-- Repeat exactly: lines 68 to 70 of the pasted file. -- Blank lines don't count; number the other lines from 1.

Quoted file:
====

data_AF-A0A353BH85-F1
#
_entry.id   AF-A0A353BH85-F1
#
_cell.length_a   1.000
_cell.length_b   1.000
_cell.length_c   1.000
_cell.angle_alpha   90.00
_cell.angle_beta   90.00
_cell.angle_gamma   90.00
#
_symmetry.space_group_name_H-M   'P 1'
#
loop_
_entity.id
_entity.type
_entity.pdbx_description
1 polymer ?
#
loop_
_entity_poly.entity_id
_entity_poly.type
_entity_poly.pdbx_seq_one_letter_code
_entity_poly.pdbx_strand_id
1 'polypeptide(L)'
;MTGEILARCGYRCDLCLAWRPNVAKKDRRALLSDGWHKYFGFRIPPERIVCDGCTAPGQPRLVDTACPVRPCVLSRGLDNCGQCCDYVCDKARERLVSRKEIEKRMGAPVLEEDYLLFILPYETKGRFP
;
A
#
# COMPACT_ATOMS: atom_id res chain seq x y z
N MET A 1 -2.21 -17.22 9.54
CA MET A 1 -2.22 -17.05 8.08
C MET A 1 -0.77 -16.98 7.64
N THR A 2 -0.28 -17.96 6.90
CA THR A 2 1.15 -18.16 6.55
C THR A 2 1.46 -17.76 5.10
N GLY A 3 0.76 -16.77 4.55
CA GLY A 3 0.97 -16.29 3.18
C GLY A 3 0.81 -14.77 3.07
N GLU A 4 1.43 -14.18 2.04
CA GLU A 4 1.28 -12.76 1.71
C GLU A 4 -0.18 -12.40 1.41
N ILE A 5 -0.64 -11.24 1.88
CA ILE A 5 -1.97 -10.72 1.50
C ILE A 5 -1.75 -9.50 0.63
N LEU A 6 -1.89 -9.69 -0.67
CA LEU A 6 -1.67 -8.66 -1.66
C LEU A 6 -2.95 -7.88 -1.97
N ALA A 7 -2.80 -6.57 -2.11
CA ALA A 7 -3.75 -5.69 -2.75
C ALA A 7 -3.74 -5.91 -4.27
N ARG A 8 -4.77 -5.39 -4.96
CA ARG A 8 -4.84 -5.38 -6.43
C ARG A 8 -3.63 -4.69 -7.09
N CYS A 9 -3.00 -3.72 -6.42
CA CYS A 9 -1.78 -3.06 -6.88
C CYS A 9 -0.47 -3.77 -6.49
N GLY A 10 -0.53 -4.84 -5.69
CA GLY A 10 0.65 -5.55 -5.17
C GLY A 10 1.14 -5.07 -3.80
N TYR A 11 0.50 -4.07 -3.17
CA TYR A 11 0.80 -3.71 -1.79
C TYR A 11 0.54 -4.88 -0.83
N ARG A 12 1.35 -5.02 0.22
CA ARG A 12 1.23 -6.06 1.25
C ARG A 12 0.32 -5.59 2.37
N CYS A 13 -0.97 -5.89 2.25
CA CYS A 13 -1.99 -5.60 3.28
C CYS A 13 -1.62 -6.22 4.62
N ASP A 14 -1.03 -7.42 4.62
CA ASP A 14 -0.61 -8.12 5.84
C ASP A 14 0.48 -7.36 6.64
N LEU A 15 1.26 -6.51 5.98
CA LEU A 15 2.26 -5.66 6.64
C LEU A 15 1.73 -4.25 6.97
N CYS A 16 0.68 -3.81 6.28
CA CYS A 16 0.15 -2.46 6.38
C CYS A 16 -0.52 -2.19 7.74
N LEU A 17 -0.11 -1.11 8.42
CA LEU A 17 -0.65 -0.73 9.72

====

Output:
CA CYS A 13 -1.99 -5.60 3.28
C CYS A 13 -1.62 -6.22 4.62
N ASP A 14 -1.03 -7.42 4.62